• 23Sep

    House Republicans Pass Farm Bill Nutrition Title

    Will there be a comprehensive new farm bill before expiration? Probably not.

    Will there be a new five-year farm bill this year? The likelihood of this happening increased on Thursday, September 19, when the House passed a farm bill nutrition title. There is now a chance a comprehensive new farm bill could emerge.

    But it is unlikely an agreement will be reached before the expiration of the current farm bill extension on September 30.

    What about the nutrition-title that just passed? The bill passed by a narrow margin – 217-210 – only garnering Republican support (though some GOP members joined Democrats in opposing the bill). The basic stipulation of the nutrition-title that passed the House is that about $40 billion dollars in food stamp benefits would be cut over 10 years, and some of the rules about how food stamp money is allocated and governed would be altered.

    It seems that every farm and food group (and beyond) had something to say about the nutrition bill. Keith Good at farmpolicy.com offers a round-up of all of these statements, while also providing a helpful synopsis of what the bill says, and what the implications are for food and farm policy.

  • 13Sep

    Congress is back in session. Will there be any movement on the Farm Bill?

    What will the impact be on beginning farmers?

    Congress returned to Washington this week after its recess, during which, little progress was made on the farm bill. Last week, the National Sustainable Agriculture Coalition (NSAC) reported that the debate on Syria should take at least this week, if not more, which will delay action on the farm bill and agriculture appropriations bill.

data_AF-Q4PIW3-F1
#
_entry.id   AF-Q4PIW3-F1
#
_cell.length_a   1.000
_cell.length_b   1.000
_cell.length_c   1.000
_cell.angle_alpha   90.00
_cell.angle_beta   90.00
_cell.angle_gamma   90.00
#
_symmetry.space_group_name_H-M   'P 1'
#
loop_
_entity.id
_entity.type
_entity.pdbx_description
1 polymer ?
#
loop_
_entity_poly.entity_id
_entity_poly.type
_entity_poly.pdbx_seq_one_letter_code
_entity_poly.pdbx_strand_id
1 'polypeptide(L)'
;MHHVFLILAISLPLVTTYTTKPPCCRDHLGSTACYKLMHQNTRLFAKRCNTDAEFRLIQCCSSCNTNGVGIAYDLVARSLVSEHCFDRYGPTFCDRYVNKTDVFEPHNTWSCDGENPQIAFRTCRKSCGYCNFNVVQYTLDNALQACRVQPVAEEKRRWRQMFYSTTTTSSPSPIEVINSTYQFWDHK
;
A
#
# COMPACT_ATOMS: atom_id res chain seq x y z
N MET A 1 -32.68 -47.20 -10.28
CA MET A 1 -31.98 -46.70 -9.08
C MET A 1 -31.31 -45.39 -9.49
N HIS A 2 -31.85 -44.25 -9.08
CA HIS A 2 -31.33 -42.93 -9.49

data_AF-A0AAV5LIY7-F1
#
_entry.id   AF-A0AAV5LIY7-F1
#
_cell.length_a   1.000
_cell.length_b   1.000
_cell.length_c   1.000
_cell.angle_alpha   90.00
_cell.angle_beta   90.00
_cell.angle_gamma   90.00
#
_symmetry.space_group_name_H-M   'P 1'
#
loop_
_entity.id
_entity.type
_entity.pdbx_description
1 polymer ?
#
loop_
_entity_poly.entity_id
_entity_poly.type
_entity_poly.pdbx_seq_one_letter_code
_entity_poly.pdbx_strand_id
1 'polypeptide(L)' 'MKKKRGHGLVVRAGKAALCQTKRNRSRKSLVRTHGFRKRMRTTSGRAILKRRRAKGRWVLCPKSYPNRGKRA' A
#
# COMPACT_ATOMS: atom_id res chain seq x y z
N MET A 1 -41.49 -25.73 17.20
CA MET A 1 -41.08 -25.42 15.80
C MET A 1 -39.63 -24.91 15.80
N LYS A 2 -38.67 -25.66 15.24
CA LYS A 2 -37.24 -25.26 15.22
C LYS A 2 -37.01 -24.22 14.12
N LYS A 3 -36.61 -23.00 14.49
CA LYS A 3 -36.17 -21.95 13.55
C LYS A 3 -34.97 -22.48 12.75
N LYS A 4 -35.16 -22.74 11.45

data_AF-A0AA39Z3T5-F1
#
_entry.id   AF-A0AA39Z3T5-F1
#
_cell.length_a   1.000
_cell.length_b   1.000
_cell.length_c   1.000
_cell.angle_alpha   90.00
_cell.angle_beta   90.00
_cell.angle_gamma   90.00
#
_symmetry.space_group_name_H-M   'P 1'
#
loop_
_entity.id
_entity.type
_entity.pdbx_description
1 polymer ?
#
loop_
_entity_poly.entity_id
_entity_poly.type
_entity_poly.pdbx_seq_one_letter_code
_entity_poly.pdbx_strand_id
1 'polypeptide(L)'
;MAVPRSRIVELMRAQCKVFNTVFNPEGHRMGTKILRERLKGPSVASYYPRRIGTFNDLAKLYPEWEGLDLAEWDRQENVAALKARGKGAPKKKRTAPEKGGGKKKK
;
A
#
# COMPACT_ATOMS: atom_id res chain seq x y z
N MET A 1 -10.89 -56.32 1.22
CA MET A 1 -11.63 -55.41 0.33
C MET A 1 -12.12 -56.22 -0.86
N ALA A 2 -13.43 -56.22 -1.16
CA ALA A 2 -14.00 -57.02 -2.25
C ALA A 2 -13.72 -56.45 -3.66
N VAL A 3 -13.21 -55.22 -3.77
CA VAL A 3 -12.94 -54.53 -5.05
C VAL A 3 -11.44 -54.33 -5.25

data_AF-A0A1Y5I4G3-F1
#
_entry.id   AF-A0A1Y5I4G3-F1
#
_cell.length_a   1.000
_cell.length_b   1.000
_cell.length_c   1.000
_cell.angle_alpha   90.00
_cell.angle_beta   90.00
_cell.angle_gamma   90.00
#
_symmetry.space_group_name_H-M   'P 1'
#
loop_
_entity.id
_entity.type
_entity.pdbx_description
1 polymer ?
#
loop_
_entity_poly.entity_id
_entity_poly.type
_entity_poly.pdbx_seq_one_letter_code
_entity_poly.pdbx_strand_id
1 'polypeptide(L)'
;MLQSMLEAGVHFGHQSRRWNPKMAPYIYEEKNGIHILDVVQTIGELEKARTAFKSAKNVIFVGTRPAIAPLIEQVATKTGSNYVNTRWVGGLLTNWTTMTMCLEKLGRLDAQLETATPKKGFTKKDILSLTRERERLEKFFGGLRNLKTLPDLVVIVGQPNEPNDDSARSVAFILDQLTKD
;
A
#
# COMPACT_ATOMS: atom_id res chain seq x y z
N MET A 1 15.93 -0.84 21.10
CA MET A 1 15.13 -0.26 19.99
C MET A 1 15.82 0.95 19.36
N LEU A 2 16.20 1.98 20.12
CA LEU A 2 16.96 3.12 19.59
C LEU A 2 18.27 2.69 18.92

The current farm bill extension expires at the end of September. And it does not appear likely a new farm bill will emerge prior to expiration. So, what’s going to happen if the farm bill expires? Expiration means different things for different programs. Some programs which have ongoing farm bill funding would lose the ability to spend funds if the farm bill expires; these programs include the Conservation Reserve Program, Wetlands Reserve Program, Chesapeake Bay Watershed Program, Seniors Farmers Market Nutrition Program, and many of the major agricultural export programs.

    Some programs were excluded from the current farm bill extension; these programs would continue to be out of business if a new farm bill is not signed into law. These farm bill programs include programs for rural development, renewable energy, beginning farmers, minority farmers, organic farmers, and specialty crop farmers, as well as disaster assistance for livestock producers.

    Read more »

  • 02Aug

    Farm Bill Updates from the National Sustainable Agriculture Coalition, August 2nd, 2013